The power of belief is underestimated generally in society. Many people attribute the effectiveness of a variety of treatments and products as ‘just down to belief’. So what? If our belief alone can effectively heal our body, isn’t that a miraculous thing?
Bruce Lipton in new film The Living Matrix says that approximately 1/3 of all healing is due to the placebo effect. This speaks volumes of how powerful our mind really is when it comes to a belief.
Even in psychical research, participants have been found to score better if they believed that the experiment was possible (i.e. telepathy) than if they completely disbelieved in the research.
I’m sure you can think of times when your belief allowed a certain situation to be true. Your belief that you were good enough for the job enabled you to obtain it, your belief that you could carry on running just that bit longer, your belief that you would sleep well because you’re in a comfy bed- our beliefs effectively condition our mind and therefore we act as if our belief was already true.
Our beliefs are much more powerful than we think. If we believe, with every cell in our body, that we won’t live past 40, it’s surprising how many people actually fulfil that expectation.
Beliefs are like computer programs. They effectively ‘run’ the computer. If our mind is like a harddrive, beliefs are the installed software programs.
Maybe that sounds a little mechanistic, but what it means is:
You have the ability to write and rewrite these ‘programs’ consciously.
Most of our beliefs were pre-programmed before we were even consciously aware. As a child, your unconscious mind is like a new computer, filling up its hard drive with lots of ‘data’ from the external world.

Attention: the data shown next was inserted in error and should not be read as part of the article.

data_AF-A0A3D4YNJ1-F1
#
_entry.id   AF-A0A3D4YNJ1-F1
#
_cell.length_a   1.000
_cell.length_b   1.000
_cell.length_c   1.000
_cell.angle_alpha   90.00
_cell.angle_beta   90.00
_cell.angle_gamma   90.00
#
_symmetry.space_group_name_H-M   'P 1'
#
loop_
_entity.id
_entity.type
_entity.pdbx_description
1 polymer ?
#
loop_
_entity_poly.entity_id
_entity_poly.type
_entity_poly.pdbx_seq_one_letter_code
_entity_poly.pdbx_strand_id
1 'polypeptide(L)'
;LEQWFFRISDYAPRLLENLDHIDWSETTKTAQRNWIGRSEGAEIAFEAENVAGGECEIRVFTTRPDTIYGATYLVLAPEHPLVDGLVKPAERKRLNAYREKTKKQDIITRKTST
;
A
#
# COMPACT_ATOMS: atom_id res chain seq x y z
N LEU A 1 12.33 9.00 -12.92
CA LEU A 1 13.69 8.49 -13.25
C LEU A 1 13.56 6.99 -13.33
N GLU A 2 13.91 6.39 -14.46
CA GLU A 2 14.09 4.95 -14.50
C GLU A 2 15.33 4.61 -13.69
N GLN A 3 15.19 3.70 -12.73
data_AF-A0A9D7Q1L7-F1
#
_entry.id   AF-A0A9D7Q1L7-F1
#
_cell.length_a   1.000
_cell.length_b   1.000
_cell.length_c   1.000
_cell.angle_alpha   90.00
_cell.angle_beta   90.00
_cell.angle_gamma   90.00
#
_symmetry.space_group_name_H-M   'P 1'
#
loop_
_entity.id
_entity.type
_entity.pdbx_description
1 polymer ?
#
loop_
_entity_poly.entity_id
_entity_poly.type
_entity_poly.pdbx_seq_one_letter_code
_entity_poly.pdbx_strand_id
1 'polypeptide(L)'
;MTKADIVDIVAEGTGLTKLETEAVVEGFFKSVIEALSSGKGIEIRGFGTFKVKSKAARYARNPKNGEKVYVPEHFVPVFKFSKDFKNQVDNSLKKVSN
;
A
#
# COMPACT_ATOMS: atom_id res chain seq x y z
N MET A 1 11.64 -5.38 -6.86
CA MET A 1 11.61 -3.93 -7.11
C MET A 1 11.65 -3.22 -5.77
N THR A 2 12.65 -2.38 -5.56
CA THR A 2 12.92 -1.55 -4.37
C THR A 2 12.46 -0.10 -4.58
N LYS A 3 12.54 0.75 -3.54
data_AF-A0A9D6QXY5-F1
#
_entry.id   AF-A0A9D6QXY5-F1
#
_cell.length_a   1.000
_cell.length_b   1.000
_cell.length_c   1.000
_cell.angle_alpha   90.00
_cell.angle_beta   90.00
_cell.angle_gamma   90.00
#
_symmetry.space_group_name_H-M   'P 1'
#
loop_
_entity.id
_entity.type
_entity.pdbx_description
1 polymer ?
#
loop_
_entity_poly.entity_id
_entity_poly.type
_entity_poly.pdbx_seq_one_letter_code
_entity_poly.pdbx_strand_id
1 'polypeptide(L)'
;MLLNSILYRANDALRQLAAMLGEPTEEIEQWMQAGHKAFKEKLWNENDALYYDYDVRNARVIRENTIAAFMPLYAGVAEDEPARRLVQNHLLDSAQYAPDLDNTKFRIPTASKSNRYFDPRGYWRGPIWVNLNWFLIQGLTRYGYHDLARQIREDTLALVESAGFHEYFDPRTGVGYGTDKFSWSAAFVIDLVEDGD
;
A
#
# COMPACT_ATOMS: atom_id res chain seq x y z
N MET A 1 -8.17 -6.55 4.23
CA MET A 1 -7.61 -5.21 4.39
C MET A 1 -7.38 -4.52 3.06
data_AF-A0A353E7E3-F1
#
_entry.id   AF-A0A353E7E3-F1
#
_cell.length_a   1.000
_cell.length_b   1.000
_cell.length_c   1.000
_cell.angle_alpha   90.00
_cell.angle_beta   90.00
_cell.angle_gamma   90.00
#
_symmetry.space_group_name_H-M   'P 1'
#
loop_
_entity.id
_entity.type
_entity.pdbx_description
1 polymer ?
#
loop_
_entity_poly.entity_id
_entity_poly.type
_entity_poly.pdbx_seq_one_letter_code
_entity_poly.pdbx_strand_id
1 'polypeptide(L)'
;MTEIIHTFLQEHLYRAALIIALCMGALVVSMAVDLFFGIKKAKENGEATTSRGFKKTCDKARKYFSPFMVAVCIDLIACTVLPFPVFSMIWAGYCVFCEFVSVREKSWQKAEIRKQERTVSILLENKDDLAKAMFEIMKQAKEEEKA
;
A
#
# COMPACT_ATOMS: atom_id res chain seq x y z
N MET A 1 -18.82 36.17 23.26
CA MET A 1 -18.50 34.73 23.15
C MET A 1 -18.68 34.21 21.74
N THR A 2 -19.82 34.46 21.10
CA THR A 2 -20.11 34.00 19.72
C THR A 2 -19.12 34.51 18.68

So many of our ‘core’ beliefs are completely unconscious- we may not even recognise we hold them, and fall into making the same mistakes over and over again until we realise it’s our belief within ourselves we have to change, not the external situation.
What could be some ‘core’ beliefs? Well, for example ‘I’m not worthy or good enough’ ‘Making lots of money means I am greedy’or ‘I’m not clever’.
Remember, you’re often not consciously aware that you hold these beliefs; but your experience seems to affirm them.
How can we change our beliefs? Beliefs can be easily changed, even if they are unconscious. Identify a situation or experience that you’d like to change or see improved. Now examine your beliefs about that situation.
For example, someone who feels ‘it’s difficult to find the right partner’, or ‘every man I choose treats me badly’, examine your own beliefs about love. Do you feel worthy of love? Do you have love for yourself? Do you treat yourself badly?’
Beliefs are like the foundations that we live our lives upon. They can be strong and steady, but if we have a belief that isn’t so strong (like believing we are a worthy and valuable person), then you can guarantee your experience will be different from someone who does cultivate that belief, by reaffirming it to themselves daily.
Begin to believe in the possibility of the positive outcome, and cultivate the belief that you are worthy of experiencing it.